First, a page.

Altar

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The '''altar''' is the area at the east end of a [[church]], usually behind an [[iconostasis]] (altar screen). The altar often is also referred to as the '''sanctuary'''. An '''Altar Table''' is located in the center of the altar as one enters through the ''Royal Doors'' in the iconostasis. This table is often referred to as the Holy Table.  The word ''altar'' means "a place of sacrifice" in Hebrew (Gr. hieron; Sl. prestol).
 
The '''altar''' is the area at the east end of a [[church]], usually behind an [[iconostasis]] (altar screen). The altar often is also referred to as the '''sanctuary'''. An '''Altar Table''' is located in the center of the altar as one enters through the ''Royal Doors'' in the iconostasis. This table is often referred to as the Holy Table.  The word ''altar'' means "a place of sacrifice" in Hebrew (Gr. hieron; Sl. prestol).
  
Entry to the altar through the iconostasis from the nave is through the centrally placed royal doors or through the deacon's doors to the left and right of the royal doors. Only [[ordain]]ed men can pass through the royal doors. The altar may have other entries behind the iconostasis, but these are not used liturgically.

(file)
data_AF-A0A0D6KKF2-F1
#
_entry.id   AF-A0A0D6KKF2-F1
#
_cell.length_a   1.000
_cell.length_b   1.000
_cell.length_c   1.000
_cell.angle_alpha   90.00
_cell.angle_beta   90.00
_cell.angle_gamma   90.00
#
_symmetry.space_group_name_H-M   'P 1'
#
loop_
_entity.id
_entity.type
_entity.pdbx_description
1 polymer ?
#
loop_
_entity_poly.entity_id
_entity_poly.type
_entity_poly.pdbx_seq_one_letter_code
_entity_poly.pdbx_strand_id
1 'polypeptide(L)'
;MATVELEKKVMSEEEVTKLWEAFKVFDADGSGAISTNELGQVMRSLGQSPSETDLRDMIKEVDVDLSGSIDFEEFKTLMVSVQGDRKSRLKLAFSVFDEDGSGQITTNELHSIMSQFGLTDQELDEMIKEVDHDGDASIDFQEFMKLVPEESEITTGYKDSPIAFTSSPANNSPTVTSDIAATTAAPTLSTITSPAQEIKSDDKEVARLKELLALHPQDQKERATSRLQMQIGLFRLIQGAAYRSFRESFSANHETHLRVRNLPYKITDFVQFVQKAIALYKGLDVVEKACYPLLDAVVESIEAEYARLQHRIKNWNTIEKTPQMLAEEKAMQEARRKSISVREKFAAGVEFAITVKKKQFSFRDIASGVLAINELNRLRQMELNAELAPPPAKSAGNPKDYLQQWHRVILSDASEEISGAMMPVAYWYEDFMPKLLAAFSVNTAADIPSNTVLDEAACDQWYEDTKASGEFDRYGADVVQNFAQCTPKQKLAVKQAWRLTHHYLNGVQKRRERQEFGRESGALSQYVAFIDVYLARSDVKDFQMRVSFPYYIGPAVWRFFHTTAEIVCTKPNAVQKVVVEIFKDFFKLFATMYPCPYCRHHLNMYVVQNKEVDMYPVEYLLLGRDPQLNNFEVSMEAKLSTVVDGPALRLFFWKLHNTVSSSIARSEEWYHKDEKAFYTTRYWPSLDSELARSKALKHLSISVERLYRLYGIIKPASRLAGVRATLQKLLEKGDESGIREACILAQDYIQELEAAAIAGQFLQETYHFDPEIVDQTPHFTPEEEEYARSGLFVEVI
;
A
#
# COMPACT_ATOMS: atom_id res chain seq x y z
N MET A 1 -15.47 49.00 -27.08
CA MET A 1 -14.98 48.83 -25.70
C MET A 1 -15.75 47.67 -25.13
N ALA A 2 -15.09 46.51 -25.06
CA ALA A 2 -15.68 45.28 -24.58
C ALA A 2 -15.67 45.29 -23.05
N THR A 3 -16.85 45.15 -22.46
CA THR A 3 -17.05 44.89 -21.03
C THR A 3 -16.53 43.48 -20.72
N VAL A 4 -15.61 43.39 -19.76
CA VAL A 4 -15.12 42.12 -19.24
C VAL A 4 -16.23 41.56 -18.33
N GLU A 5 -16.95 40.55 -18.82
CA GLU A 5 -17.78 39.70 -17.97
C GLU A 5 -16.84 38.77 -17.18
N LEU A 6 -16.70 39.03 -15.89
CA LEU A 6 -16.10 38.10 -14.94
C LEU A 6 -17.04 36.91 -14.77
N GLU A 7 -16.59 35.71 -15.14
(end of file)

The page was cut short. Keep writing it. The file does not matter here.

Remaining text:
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Entry to the altar through the iconostasis from the nave is through the centrally placed royal doors or through the deacon's doors to the left and right of the royal doors. Only [[ordination|ordained]] men can pass through the royal doors. The altar may have other entries behind the iconostasis, but these are not used liturgically.